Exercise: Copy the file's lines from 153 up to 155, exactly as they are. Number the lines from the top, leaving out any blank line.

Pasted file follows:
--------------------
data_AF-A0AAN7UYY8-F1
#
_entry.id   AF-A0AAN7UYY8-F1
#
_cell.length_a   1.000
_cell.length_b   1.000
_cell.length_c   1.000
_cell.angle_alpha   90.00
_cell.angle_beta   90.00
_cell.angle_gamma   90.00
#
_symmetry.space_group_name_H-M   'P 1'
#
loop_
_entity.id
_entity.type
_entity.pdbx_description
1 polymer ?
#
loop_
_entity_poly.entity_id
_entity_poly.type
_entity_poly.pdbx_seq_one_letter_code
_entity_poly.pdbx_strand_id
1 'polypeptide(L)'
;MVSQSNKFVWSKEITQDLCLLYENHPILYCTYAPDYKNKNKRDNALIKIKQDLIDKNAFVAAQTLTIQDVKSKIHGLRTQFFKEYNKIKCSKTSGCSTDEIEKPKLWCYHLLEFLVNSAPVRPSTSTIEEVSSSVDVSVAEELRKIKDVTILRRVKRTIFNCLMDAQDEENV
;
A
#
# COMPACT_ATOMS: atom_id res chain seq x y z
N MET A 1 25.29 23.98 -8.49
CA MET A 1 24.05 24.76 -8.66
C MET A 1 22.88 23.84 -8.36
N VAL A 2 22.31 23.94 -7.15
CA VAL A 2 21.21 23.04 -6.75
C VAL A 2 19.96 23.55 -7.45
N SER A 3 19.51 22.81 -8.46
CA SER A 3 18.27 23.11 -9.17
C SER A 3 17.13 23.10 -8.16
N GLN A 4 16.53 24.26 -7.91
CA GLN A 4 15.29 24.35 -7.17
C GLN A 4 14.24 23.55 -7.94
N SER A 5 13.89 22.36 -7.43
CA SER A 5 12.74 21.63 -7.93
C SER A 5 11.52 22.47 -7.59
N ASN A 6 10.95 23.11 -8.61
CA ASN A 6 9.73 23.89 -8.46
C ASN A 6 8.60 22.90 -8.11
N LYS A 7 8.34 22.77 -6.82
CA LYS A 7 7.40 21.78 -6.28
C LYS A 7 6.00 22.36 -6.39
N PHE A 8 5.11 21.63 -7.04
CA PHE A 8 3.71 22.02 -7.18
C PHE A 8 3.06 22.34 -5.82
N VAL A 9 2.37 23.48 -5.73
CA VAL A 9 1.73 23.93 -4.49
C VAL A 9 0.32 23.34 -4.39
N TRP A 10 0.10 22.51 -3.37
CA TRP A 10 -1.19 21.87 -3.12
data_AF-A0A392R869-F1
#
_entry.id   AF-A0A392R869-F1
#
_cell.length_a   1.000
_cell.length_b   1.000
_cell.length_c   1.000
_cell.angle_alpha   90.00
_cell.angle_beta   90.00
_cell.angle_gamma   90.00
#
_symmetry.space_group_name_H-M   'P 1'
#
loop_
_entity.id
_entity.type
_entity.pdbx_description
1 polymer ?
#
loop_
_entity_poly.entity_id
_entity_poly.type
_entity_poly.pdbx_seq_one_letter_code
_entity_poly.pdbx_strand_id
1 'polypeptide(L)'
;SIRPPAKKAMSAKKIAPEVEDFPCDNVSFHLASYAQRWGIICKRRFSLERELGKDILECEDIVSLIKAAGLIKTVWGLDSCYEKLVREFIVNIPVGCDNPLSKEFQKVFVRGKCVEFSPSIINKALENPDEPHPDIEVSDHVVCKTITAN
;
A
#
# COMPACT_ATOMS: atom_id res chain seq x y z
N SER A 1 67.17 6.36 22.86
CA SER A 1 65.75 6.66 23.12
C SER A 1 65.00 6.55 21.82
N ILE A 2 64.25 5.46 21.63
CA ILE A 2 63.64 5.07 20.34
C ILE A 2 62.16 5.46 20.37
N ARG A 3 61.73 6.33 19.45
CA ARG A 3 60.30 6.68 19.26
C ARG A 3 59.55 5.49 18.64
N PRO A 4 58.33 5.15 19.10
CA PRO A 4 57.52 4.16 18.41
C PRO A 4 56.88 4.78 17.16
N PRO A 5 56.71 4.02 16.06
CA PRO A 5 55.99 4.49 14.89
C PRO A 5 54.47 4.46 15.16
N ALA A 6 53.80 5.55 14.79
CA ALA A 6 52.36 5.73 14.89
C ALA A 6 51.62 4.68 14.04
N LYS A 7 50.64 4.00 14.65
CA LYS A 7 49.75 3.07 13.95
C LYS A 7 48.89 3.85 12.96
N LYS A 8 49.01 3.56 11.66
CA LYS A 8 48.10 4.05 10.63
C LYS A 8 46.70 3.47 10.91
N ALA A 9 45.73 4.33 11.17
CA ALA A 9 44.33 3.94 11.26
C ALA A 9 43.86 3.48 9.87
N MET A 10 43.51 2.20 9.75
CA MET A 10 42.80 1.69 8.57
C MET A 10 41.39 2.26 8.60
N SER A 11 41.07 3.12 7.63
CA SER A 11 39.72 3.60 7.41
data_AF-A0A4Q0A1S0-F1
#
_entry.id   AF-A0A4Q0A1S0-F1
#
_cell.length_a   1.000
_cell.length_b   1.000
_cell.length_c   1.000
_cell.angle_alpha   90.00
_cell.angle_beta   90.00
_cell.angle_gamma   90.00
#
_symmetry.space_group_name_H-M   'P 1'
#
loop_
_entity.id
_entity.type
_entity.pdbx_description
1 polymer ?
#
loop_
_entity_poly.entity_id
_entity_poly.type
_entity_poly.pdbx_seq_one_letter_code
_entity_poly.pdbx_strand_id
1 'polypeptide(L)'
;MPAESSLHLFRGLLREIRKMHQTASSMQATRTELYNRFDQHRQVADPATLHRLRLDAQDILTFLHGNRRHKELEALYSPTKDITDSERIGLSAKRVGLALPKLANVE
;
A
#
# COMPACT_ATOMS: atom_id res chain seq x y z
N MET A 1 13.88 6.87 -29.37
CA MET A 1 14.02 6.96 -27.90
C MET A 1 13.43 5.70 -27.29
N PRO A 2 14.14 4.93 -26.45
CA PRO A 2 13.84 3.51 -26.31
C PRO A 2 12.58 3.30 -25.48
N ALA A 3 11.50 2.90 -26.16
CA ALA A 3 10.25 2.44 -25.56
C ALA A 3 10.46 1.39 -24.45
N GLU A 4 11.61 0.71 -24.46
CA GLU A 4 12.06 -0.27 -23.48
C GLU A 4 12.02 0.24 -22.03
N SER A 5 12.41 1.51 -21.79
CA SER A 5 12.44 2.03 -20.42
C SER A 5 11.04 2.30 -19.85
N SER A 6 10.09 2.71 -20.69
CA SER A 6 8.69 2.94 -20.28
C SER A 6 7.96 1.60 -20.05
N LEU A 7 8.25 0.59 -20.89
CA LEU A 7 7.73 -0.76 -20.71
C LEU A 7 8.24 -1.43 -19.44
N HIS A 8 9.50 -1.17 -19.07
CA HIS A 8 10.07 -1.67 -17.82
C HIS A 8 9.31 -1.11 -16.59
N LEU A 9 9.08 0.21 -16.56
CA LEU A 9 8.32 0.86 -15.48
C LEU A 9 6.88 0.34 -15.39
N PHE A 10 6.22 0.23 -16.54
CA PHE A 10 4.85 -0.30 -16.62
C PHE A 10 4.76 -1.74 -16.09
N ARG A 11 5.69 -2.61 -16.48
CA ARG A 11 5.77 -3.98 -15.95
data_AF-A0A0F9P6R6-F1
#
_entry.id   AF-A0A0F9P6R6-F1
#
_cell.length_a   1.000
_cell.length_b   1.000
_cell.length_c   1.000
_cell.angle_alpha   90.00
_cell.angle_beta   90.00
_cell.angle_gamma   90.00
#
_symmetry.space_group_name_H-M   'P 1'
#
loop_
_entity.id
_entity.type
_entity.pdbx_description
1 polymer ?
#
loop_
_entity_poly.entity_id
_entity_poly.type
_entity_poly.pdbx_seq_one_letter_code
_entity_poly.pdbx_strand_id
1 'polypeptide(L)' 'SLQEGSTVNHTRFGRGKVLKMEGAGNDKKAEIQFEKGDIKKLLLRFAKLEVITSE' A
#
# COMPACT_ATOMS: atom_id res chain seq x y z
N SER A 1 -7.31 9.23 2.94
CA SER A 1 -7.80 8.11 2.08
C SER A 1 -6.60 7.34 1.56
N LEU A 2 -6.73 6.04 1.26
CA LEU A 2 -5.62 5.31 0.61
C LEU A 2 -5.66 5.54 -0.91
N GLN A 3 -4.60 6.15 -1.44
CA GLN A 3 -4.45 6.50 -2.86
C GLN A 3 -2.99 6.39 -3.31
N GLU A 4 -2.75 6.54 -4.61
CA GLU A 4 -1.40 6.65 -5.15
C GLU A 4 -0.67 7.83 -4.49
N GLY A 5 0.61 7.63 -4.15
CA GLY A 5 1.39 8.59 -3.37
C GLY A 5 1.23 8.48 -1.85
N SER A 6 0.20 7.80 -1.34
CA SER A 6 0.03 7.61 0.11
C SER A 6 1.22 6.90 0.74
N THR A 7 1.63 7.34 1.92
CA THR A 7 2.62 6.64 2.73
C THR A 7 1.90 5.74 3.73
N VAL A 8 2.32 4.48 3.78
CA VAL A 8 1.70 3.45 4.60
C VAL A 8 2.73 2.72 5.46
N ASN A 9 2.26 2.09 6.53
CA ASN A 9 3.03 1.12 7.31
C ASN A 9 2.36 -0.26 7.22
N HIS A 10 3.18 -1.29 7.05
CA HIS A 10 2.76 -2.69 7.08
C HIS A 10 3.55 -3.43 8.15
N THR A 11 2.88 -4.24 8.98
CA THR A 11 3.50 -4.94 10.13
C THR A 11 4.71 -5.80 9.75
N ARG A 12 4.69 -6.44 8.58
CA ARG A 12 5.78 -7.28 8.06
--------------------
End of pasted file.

CA MET A 1 14.02 6.96 -27.90
C MET A 1 13.43 5.70 -27.29
N PRO A 2 14.14 4.93 -26.45